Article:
First, there's the investment. If I don't actually buy the music, I have made no investment of cash into it. Therefore, I may or may not invest any time listening. It may be lost in the shuffle of my many digital files. There is no loss to me if I forget to play it. The songs I've invested money in I tend to take more time getting to know. Listening more than once and making them mine.

Presentation matters to me as well. A lot of thought goes into what album artwork to use, and sometimes the CD booklet's artwork adds additional flavor to the work as a whole. The liner notes may include lyrics or a note from the artist (in Moby's case, it sometimes includes a rant). I don't get the same effect from digital files as a physical CD because even if a PDF of the artwork is included, it's not the same.

Then there's sound quality. Whether the MP3 came from file sharing or from a legal Amazon or iTunes purchase, it generally does not contain the highs and lows that the track has on the CD. As an audiophile this matters some to me. As a DJ it matters a lot to me. I hate playing a track on the radio and watching the needle barely waggle on the dial.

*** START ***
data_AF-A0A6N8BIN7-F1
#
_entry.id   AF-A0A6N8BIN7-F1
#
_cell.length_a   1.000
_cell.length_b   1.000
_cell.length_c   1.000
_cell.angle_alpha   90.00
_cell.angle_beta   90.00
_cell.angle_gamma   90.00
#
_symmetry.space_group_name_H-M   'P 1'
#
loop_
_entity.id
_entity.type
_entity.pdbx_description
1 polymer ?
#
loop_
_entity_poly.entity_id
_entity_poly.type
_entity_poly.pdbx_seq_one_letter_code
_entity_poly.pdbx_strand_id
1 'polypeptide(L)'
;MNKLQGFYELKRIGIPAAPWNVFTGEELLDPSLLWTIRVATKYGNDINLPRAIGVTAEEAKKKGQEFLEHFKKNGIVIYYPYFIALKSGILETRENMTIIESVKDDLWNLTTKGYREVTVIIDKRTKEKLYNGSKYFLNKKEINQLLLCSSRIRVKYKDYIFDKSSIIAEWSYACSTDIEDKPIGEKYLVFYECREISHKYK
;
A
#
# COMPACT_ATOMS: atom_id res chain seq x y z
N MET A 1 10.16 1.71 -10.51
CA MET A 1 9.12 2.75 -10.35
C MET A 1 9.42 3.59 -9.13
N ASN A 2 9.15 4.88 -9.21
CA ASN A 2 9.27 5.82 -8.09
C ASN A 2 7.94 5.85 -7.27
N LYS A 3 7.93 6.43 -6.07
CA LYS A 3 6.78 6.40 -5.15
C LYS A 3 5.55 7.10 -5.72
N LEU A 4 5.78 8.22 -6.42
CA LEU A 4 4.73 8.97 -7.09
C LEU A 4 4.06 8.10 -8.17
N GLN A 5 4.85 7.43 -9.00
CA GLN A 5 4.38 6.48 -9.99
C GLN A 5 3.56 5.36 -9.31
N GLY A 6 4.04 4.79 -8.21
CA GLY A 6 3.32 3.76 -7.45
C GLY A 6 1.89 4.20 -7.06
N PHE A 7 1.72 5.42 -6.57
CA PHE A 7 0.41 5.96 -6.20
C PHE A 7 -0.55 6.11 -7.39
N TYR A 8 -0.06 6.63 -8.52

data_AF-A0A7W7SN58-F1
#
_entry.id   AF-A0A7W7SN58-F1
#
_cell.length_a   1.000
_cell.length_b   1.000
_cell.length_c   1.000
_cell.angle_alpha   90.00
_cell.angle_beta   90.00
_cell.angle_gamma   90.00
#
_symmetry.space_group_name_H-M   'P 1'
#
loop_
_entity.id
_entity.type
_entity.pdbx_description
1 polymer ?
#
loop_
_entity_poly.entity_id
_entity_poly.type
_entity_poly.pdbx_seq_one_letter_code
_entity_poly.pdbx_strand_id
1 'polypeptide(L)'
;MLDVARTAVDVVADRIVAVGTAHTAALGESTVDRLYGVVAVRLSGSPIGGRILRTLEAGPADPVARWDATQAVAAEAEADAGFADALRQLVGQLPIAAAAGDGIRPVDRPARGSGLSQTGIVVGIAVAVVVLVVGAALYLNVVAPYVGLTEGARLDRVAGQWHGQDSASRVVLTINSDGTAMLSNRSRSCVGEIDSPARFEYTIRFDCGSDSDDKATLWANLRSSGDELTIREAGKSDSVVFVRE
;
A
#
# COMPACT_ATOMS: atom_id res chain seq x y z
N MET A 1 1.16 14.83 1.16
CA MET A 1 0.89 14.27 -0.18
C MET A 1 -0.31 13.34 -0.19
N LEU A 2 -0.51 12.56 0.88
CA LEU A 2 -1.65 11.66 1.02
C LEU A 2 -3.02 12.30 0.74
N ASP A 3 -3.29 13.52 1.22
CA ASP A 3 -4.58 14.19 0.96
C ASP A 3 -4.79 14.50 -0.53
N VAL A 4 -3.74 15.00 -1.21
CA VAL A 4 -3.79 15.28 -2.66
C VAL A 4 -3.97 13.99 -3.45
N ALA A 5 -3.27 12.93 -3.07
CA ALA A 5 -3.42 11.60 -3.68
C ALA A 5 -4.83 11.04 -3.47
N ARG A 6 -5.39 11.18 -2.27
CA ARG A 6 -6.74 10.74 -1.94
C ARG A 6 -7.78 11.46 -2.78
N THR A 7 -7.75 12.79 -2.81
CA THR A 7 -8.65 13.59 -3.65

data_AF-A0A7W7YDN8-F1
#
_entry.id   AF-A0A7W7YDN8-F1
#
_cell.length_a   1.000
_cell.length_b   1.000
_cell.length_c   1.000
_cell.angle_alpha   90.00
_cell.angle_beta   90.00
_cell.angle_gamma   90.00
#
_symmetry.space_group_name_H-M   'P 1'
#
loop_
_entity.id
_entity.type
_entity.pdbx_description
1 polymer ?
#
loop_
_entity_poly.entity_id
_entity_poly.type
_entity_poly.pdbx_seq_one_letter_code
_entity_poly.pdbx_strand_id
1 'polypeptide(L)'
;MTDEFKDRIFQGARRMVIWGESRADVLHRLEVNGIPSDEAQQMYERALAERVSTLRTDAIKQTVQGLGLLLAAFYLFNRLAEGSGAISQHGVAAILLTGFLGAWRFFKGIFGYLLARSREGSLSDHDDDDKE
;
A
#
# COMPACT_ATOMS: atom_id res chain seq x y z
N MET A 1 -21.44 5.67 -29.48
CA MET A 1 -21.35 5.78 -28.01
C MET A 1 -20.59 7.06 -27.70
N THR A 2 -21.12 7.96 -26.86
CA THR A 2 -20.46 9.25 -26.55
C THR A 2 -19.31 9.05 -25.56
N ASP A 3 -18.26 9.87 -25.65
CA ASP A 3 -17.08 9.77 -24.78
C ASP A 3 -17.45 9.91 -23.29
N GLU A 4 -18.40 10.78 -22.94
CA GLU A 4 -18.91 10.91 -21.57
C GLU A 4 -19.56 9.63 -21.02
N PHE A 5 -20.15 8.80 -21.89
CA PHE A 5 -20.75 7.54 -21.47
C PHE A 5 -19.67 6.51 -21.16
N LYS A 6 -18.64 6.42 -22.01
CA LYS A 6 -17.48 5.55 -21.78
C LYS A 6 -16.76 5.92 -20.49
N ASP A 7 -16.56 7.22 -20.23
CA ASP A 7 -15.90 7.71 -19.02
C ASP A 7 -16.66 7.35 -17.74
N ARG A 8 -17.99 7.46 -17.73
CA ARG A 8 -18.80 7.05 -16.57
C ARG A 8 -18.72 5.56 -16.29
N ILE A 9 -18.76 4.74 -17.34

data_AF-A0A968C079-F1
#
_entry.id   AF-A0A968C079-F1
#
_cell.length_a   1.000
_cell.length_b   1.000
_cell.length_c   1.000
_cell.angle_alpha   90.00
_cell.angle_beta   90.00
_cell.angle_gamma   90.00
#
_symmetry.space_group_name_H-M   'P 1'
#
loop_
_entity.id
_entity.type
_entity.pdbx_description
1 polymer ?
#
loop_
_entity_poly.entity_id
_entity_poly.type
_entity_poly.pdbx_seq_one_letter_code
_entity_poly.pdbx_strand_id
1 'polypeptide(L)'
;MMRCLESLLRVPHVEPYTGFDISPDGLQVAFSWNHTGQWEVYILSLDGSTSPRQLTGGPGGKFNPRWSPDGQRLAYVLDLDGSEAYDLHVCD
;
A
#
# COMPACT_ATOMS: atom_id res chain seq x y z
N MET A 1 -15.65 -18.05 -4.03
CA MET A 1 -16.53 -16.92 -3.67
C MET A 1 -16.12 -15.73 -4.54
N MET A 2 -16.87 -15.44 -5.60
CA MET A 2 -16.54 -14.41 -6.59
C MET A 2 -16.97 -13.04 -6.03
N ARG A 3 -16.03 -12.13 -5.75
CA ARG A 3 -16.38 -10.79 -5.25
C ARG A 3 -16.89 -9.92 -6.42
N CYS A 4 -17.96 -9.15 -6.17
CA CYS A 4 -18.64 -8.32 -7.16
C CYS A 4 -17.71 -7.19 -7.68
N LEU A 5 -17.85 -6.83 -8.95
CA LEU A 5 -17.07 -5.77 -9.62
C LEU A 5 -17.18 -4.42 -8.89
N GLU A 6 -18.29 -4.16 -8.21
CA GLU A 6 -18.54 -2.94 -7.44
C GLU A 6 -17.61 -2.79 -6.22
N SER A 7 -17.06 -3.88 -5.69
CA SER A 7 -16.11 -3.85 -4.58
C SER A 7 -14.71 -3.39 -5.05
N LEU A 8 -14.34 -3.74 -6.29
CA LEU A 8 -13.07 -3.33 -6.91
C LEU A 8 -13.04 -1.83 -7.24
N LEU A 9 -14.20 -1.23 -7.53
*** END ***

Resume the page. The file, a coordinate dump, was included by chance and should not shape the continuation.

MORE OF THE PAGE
It bothers me that music is being treated by so many as merely data. I can understand wanting to stick it to the RIAA, but when I as a listener have participated in the ill-gotten goods, I end up feeling more cheated than if I had made an honest purchase.

So count me in. I'll buy your next album in the hopes that you can afford to replace your broken guitar.

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Marijn said...

Perhaps a little late, but there are a few things I've read in the discussion that just urge me to reply(haven't had the opportunity to read the entire discussion yet, so forgive me if I bring up arguments already stated).

First of all: we have to get an overview of all different perspectives here. When we solely believe in our own truth, the entire discussion would be pointless. There is no absolute truth to be found here, for it is a discussion, a place where all different kinds of perspectives blend into some sort of conversation and eventually a consensus.